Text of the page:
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As we use Ubuntu 20.04, it gets loaded with unnecessary packages and other useless files that only take up space on the hard drive. That’s why there are tools that help us keep Ubuntu 20.04 clean. One of these tools is Bleachbit, a very powerful and simple tool.
What is Bleachbit and why use it?
Every operating system is filled with unnecessary files that affect its performance. These not necessarily malicious files become a burden on modern operating systems. This is why Bleachbit has been created.
Bleachbit is an OpenSource application that is a system cleaner. It is free and above all protects the privacy of our system by not tracking any data. It is available for both Linux and Windows and features a simple and well laid out graphical interface, where everything is well placed.
With Bleachbit we basically can:
- Free disk space
- Reduce the size of backups and the time to create them by removing unnecessary files
- Improve system performance (by vacuuming the Firefox database, for example)
- Prepare whole disk images for compression (common for “ghost” backups and virtual machines) by wiping free disk space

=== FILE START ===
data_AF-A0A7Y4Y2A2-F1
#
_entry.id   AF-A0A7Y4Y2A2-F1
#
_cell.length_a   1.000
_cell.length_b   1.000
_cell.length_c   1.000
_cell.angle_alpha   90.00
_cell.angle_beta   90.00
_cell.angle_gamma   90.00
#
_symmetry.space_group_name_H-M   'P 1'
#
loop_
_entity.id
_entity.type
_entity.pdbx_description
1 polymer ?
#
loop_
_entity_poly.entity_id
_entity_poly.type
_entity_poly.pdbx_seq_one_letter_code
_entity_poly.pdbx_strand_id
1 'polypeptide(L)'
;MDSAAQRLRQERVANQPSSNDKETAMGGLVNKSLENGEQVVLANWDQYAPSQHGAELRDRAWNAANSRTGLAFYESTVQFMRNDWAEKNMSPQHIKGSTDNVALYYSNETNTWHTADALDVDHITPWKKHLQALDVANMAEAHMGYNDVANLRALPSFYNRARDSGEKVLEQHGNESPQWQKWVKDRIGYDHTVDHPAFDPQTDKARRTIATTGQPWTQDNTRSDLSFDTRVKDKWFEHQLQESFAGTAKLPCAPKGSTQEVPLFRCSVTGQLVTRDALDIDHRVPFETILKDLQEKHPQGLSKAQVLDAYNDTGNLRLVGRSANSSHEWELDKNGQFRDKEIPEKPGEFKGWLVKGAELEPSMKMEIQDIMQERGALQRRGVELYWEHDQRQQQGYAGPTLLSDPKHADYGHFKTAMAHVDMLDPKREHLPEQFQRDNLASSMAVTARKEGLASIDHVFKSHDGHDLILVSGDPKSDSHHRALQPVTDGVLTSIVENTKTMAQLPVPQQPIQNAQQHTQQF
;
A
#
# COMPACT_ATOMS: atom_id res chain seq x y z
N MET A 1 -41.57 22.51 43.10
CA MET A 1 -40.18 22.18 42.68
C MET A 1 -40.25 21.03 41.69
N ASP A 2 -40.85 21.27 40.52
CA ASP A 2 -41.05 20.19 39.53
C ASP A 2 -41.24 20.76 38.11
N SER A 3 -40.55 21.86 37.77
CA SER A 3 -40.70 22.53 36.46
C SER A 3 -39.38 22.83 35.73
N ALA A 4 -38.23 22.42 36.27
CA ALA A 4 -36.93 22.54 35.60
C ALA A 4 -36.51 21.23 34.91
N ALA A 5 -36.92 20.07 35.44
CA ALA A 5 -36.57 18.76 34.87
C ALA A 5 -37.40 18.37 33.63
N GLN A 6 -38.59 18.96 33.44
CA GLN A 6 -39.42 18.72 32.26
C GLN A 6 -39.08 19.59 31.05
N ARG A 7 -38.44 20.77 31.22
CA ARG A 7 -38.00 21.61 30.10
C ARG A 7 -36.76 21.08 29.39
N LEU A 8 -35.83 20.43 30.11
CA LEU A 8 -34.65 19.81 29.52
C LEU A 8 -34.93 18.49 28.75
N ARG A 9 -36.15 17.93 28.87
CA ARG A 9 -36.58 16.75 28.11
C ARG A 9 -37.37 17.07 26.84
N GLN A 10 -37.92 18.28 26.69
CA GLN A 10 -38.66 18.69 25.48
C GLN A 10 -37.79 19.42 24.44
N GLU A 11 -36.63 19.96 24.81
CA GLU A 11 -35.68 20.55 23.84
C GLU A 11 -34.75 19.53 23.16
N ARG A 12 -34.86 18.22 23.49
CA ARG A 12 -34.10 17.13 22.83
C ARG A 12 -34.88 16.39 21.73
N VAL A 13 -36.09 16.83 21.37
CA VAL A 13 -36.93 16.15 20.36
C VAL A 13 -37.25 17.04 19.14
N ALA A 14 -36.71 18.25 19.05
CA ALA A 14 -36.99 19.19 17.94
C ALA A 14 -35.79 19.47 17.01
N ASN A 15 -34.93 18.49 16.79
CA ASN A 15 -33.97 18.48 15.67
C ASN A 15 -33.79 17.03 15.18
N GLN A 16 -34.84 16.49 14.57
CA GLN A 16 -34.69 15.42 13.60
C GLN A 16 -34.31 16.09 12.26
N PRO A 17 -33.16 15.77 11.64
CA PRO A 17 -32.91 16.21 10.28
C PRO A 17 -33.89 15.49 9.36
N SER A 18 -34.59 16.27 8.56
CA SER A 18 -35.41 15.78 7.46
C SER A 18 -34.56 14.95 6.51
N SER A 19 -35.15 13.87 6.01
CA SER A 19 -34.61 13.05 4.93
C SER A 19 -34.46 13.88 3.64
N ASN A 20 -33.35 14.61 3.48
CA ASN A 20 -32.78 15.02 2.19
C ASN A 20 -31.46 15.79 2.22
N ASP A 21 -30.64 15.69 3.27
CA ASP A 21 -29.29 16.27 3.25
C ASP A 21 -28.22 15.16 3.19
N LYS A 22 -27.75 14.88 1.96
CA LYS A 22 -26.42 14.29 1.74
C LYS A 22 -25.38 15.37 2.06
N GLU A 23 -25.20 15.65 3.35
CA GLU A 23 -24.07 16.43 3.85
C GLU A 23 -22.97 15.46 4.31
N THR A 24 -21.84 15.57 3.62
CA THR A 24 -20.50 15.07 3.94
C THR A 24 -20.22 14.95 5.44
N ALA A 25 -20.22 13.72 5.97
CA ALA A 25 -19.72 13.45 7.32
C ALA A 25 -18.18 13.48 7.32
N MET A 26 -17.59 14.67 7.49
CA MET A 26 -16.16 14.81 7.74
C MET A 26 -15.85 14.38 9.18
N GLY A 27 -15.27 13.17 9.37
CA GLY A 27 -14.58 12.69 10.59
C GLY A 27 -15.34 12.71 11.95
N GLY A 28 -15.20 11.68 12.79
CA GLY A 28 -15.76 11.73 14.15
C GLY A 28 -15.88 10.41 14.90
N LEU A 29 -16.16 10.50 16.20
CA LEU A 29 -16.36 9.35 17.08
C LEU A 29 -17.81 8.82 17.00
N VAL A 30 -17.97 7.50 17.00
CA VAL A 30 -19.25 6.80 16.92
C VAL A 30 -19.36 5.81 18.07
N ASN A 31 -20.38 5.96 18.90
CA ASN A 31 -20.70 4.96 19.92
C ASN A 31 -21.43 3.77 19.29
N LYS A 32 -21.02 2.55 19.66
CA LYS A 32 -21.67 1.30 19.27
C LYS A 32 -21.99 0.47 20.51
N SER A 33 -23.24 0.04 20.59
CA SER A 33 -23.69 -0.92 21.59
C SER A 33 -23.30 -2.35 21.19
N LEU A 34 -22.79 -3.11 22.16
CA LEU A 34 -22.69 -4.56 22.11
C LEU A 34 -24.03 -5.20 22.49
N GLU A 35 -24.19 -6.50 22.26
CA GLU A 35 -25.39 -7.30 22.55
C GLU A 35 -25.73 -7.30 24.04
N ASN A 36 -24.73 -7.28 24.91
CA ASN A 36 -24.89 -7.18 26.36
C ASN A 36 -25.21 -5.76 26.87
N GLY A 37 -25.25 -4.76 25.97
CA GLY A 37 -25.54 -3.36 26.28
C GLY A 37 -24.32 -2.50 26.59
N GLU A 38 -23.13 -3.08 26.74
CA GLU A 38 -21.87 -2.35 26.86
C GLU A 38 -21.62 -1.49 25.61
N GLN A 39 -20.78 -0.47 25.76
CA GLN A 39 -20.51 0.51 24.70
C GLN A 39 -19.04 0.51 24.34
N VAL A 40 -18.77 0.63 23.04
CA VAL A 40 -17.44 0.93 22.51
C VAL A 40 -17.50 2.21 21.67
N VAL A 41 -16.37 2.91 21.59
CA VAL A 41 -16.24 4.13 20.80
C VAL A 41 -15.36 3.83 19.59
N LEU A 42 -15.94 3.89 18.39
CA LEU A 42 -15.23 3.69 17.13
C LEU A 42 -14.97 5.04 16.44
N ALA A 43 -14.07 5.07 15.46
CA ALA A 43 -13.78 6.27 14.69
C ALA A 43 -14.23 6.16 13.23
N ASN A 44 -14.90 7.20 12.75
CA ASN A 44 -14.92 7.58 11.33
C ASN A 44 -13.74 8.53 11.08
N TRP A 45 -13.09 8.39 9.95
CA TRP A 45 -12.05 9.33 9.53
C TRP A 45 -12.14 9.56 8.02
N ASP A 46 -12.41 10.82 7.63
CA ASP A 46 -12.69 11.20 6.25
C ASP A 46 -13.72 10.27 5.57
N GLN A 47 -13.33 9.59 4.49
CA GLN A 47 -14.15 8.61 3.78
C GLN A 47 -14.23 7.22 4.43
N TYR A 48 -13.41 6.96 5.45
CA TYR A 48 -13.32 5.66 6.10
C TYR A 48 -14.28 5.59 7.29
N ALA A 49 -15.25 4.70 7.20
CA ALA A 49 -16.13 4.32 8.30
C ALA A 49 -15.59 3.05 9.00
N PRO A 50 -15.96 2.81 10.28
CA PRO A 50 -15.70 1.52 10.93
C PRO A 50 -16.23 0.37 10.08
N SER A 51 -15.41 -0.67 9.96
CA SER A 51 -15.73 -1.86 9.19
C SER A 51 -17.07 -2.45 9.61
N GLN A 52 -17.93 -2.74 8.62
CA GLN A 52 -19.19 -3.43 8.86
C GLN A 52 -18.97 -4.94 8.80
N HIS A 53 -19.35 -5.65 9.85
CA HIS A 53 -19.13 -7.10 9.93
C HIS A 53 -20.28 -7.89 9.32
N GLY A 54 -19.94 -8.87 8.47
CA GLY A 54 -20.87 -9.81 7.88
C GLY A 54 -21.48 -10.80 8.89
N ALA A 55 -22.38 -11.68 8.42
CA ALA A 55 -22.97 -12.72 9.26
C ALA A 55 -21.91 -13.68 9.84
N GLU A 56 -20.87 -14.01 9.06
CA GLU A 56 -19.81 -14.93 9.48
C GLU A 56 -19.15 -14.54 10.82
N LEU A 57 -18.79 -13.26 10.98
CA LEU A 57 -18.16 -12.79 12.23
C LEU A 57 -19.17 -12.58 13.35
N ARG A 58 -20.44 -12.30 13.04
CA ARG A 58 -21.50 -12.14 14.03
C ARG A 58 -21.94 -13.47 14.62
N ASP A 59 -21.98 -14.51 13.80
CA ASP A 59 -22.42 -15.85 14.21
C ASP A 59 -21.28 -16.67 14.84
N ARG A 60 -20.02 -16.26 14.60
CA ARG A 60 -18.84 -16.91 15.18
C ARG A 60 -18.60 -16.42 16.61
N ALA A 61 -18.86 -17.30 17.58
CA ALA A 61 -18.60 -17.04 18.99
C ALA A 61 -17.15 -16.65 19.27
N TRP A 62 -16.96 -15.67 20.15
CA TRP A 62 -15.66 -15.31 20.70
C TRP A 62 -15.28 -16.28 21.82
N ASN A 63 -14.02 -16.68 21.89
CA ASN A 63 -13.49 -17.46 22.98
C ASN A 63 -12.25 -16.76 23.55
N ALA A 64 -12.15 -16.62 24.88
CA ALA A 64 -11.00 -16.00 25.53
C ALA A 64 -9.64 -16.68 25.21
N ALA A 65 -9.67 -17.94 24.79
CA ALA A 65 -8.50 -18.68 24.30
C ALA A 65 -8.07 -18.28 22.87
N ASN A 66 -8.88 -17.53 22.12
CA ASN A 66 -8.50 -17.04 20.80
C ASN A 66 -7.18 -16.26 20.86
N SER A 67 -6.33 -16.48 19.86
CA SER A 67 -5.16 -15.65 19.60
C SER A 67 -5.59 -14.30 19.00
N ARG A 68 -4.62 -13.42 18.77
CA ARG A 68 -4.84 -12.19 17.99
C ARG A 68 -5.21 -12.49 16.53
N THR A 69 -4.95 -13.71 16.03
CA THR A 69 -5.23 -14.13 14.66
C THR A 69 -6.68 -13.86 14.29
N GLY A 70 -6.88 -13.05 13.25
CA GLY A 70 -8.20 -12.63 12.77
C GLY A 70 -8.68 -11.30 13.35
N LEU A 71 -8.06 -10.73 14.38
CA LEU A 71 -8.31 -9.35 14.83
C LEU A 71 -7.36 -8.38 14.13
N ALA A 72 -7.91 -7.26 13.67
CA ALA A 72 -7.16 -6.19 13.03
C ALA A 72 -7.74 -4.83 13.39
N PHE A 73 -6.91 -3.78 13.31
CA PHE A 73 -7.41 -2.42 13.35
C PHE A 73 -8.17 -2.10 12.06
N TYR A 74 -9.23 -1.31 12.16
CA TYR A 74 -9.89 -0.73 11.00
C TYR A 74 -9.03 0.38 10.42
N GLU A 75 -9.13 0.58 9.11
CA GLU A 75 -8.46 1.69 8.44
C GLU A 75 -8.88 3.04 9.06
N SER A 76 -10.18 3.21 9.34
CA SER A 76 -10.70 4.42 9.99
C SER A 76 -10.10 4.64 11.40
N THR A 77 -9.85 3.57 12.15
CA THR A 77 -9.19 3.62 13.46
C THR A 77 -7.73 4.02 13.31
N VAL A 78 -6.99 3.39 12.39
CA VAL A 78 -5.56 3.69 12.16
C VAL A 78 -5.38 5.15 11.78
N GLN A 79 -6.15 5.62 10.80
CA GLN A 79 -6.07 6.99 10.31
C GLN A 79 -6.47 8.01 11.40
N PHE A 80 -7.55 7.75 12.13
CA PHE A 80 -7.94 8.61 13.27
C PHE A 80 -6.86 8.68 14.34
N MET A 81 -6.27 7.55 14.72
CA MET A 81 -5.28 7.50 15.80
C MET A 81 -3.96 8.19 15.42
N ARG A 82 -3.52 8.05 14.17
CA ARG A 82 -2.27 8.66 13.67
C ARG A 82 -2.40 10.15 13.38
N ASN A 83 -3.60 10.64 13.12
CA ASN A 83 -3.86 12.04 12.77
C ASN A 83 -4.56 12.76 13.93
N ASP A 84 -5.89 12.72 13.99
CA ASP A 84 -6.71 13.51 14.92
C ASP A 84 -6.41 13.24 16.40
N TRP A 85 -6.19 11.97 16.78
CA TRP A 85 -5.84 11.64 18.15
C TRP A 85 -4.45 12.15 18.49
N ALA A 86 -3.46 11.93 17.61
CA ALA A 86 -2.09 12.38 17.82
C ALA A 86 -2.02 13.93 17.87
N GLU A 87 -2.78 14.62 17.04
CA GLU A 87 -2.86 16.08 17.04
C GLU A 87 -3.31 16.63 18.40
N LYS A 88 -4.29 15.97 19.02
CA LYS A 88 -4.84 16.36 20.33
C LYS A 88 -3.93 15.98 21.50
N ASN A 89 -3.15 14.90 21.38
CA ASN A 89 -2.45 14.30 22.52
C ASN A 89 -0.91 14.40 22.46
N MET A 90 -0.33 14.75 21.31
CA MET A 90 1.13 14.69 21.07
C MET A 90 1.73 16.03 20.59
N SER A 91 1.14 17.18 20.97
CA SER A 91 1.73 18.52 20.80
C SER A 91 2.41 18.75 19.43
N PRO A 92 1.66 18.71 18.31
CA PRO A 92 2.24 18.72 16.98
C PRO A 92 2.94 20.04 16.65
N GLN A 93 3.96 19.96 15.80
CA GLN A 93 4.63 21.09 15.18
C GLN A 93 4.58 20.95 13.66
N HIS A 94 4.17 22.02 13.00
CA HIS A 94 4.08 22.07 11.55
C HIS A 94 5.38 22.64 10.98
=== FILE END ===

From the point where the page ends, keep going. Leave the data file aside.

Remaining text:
On the other hand, some of Bleachbit’s features are
- Delete your private files so completely
- Simple to use
- Free of charge
- Free to share, learn, and modify (open source)
- No adware, spyware, malware, backdoors, browser toolbars, or “value-added software
- Frequent software updates with new features
So as you can see it is a good idea to do Bleachbit cleanups on our system.
Keep your Ubuntu 20.04 clean
The first thing we have to do is install Bleachbit on Ubuntu 20.04 using the following command
1.- Install Bleachbit on Ubuntu 20.04
When the installation is finished you will see two launchers, you have to execute the one with root permissions.
If you run Bleachbit you will see the following screen which are the options of the application. There’s nothing to touch in the options, but you can always access them from the menu.
2.- Running Bleachbit on Ubuntu 20.04
The user interface is quite clean and simple.
3.- Bleachbit main screen
On the left side, you can see all the cleaning categories you can do, like APT, Bash, System, and so on.
All of them are important and I proceed to explain them quickly:
- APT: Here you can remove unused, old packages and the APT cache.
- Bash: You can choose the history of bash.
- Deep Scan: Temporary files, thumbs, and so on.
- Journald: Clean the journal from the system.
- System: Here you can delete cache, free space, trash, memory, registers, and so on.